American in Spain

Terror and the Media

December 2, 2006

While surfing aimlessly this morning, I found this article on Digg:

The act of terrorism that didn't get reported on September 11, 2006 The actual article linked to is here, but I provided the Digg link because the comments are pretty interesting to read. The commenters fit into three groups:

  1. People that say, "Well, abortion is murder," and support McMenemy's actions (most of their comments are hidden, and you have to click "show comment" to see them)
  2. People who say, "Murder and violence goes against Christianity. It's wrong to call McMenemy a Christian, even if he says he is."
  3. People who say, "Yes, this is why all religion is bad, because it fosters support for people like McMenemy that only need to be a little crazier than the rest," and mourn the state of the US media.

The fact that the people in group #1 exist at all is enough to blow group #2's position right out of the water, in my opinion. The problem is that religious moderates (group #2) pick and choose what they want to believe out of the Bible and have chosen to misuse the word Christian to mean "moral person". I'm all for a society full of moral people, but don't pretend that your morals come from an archaic book of mythology just because you can find passages where people are nice to each other. By doing so, you are making it acceptable for the nutcase minority to take amoral passages of the mythology literature seriously and cause actual harm.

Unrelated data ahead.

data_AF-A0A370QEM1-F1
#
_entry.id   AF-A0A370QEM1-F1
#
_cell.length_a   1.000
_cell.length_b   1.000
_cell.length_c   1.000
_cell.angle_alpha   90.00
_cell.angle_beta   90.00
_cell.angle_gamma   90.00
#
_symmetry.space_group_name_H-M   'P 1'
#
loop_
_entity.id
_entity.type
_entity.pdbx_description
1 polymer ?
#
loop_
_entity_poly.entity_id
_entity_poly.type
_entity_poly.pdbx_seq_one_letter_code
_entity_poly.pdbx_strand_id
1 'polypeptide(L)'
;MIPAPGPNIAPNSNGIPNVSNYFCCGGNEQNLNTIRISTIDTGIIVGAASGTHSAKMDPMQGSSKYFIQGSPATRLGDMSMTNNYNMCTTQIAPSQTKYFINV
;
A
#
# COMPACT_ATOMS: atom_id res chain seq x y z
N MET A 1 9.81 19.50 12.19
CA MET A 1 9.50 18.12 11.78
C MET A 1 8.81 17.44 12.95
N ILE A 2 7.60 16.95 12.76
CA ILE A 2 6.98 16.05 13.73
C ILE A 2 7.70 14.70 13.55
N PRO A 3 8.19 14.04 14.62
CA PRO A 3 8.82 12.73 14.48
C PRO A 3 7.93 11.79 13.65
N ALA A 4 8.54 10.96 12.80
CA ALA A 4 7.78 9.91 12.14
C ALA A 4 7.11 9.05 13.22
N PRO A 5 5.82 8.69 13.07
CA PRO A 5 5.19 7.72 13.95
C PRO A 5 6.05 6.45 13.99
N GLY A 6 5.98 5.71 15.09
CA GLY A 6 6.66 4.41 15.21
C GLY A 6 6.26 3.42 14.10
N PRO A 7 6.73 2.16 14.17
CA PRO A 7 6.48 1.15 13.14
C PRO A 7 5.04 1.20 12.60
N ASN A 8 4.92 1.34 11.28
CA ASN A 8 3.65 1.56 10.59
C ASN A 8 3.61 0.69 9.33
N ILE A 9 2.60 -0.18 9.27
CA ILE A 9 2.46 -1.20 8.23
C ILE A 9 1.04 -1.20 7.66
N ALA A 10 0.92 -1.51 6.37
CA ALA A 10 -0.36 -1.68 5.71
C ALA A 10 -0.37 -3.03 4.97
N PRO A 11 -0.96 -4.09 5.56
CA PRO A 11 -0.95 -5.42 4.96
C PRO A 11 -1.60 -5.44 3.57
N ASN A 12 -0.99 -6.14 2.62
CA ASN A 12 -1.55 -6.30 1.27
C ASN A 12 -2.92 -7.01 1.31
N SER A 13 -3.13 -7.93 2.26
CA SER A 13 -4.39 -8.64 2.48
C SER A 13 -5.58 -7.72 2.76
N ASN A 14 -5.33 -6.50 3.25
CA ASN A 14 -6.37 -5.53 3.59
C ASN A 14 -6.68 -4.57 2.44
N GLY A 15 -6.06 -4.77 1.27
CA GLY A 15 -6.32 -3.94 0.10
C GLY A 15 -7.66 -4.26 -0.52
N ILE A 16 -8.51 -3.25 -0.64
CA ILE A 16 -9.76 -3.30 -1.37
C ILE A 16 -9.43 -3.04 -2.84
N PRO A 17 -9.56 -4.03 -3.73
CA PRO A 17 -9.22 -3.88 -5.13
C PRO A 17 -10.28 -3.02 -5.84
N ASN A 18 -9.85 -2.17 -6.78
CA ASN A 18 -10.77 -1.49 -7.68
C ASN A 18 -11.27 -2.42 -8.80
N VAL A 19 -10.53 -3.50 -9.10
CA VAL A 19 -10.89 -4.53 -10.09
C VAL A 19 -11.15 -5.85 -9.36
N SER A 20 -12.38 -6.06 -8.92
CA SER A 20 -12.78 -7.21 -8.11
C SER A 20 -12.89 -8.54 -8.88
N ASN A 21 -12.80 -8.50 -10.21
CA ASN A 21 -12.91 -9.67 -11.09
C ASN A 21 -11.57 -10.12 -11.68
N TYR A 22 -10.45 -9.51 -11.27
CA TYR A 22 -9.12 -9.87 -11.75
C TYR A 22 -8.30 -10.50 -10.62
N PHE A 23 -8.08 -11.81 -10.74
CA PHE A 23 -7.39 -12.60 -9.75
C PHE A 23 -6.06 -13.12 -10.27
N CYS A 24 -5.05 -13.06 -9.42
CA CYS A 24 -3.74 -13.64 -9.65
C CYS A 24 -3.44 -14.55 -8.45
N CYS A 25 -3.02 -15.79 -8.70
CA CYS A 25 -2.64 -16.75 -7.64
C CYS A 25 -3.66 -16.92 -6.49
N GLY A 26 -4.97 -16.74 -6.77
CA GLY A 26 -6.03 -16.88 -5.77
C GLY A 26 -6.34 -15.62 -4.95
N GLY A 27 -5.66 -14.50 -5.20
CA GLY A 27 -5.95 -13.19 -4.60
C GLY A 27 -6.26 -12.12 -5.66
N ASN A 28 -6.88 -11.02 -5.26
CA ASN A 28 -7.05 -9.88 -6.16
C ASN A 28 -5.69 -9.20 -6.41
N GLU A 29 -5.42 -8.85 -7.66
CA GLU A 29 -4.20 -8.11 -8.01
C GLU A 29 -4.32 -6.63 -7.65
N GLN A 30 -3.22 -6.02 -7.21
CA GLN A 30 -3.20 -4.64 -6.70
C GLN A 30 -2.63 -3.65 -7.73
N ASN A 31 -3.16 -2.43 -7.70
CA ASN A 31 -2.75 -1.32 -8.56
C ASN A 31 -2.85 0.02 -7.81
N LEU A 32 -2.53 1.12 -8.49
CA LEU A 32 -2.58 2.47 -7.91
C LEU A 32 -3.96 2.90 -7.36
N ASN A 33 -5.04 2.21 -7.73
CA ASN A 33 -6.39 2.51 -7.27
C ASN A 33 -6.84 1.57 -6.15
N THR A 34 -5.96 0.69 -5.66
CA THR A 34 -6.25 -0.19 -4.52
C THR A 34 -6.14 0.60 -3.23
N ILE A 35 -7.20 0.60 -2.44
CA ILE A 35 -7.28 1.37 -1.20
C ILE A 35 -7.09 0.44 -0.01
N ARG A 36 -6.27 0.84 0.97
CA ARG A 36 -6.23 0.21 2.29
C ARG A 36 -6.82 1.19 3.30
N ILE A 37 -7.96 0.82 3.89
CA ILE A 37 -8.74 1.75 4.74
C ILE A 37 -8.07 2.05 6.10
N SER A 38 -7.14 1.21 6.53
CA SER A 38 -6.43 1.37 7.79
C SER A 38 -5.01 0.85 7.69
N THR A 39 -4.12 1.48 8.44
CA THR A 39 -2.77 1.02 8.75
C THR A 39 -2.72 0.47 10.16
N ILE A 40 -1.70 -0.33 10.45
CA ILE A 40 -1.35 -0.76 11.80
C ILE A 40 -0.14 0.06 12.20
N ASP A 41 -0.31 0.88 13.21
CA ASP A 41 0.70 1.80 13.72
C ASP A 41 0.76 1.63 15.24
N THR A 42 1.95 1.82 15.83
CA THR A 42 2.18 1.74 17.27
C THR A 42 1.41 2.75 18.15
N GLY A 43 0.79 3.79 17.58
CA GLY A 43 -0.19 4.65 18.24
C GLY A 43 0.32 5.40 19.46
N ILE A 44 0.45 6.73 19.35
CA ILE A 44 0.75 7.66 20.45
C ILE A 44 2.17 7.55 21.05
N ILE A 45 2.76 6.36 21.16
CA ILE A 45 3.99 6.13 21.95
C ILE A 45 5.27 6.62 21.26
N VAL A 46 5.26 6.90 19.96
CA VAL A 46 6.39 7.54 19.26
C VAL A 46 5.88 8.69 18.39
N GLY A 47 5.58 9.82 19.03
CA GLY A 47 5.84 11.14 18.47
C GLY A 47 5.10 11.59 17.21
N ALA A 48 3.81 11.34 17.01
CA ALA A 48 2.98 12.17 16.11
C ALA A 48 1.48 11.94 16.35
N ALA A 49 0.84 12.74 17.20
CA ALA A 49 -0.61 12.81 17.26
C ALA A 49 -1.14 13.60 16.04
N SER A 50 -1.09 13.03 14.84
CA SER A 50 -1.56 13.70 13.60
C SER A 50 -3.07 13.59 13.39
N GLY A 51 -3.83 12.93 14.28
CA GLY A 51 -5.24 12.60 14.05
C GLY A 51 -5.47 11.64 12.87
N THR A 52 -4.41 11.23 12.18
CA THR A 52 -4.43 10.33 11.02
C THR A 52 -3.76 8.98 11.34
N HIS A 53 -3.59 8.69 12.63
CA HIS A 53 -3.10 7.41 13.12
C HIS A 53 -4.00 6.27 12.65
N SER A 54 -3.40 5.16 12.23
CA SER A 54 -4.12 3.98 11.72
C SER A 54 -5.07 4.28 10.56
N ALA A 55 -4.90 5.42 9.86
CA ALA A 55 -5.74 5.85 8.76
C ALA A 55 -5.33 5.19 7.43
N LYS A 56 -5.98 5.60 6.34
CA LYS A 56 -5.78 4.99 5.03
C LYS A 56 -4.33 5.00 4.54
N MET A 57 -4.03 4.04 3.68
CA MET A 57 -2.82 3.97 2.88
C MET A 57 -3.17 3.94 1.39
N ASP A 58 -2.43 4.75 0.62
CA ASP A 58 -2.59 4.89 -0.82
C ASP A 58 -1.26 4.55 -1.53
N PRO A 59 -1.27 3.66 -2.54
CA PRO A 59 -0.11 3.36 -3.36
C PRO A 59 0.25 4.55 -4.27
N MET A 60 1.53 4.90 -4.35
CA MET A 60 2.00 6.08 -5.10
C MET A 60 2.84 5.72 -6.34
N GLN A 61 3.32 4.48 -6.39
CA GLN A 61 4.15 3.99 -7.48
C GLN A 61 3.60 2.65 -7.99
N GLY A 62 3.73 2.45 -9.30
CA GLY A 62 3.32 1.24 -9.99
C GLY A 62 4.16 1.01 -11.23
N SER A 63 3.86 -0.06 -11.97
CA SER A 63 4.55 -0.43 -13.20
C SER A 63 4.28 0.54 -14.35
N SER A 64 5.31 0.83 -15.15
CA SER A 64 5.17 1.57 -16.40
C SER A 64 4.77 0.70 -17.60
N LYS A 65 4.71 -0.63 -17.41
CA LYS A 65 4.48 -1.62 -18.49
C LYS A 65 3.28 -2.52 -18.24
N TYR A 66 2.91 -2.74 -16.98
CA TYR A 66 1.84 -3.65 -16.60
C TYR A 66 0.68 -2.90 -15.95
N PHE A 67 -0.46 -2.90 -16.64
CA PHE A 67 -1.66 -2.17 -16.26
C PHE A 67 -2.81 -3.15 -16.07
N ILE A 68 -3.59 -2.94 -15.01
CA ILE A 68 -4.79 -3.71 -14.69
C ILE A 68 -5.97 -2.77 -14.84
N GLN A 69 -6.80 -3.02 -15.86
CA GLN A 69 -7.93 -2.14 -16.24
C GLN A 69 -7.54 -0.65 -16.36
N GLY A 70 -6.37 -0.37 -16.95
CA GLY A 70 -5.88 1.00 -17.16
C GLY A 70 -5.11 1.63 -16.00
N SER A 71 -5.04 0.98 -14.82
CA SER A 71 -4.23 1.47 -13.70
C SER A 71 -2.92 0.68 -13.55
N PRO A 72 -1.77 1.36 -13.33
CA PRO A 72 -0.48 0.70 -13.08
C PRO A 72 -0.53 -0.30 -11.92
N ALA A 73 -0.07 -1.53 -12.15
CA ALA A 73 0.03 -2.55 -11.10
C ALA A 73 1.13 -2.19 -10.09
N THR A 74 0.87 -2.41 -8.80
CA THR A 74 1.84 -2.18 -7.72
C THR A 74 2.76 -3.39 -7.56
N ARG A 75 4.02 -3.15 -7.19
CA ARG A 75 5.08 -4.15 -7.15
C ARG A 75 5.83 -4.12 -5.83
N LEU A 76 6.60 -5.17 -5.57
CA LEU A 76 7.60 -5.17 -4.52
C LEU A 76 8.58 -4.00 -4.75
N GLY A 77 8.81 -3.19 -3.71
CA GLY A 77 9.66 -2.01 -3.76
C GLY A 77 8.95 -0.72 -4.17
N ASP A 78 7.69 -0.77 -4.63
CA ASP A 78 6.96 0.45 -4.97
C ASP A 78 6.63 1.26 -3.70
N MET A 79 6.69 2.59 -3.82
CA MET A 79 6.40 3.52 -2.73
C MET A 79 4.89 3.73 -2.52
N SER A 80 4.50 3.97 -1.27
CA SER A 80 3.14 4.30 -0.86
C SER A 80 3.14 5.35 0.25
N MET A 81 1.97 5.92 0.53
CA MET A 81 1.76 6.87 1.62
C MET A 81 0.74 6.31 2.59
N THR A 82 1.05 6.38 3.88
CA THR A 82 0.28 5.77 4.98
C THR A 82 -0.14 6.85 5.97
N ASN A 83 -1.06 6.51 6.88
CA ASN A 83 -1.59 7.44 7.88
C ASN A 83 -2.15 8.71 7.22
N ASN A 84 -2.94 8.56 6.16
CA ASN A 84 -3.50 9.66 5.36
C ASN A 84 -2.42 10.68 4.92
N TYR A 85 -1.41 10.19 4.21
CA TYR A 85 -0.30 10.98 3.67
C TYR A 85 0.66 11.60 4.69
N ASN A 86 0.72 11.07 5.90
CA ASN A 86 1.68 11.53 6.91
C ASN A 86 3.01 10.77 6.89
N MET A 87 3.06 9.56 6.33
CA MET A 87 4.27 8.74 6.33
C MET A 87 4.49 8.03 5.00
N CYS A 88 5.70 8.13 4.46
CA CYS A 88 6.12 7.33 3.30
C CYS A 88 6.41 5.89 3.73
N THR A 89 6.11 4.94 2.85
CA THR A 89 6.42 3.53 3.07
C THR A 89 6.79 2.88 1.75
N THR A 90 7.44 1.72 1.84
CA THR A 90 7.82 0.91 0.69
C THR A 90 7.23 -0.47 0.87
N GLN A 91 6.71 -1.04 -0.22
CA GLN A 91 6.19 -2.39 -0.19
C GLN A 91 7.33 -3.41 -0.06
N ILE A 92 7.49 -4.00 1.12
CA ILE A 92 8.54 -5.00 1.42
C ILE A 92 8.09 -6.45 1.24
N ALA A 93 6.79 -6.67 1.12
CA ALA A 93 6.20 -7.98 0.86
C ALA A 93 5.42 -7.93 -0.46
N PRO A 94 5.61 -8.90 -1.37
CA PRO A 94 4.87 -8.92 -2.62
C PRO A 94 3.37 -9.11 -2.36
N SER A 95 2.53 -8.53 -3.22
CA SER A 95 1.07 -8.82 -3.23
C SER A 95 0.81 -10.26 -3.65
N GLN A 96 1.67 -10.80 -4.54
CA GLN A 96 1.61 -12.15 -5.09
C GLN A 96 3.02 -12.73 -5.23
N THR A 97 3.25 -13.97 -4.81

It would be nice if the moderate Christians could specify the exact passages of the Bible that they want to "believe in", and put those into its own little book (it would be surprisingly short, I'm afraid), sort of a present day Council of Nicaea, if you will. They could call it the New Bible, and anyone that was still using the Old Bible would be encouraged to convert. That would solve the problem nicely. However, I think that it would be enlightening to all involved to see how much disagreement there was when in the choosing of passages.

Of course, even better would be to drop the Bible altogether and adopt another book of morals, like Aesop's Fables or something, where the fact that it was all animals talking would make it clear (I hope!) that it was all allegorical, and there would be no need for irrational belief in the supernatural.

I've gotten off topic. Back to my original reason for posting, I do recommend that you peruse both the article and the comments on Digg.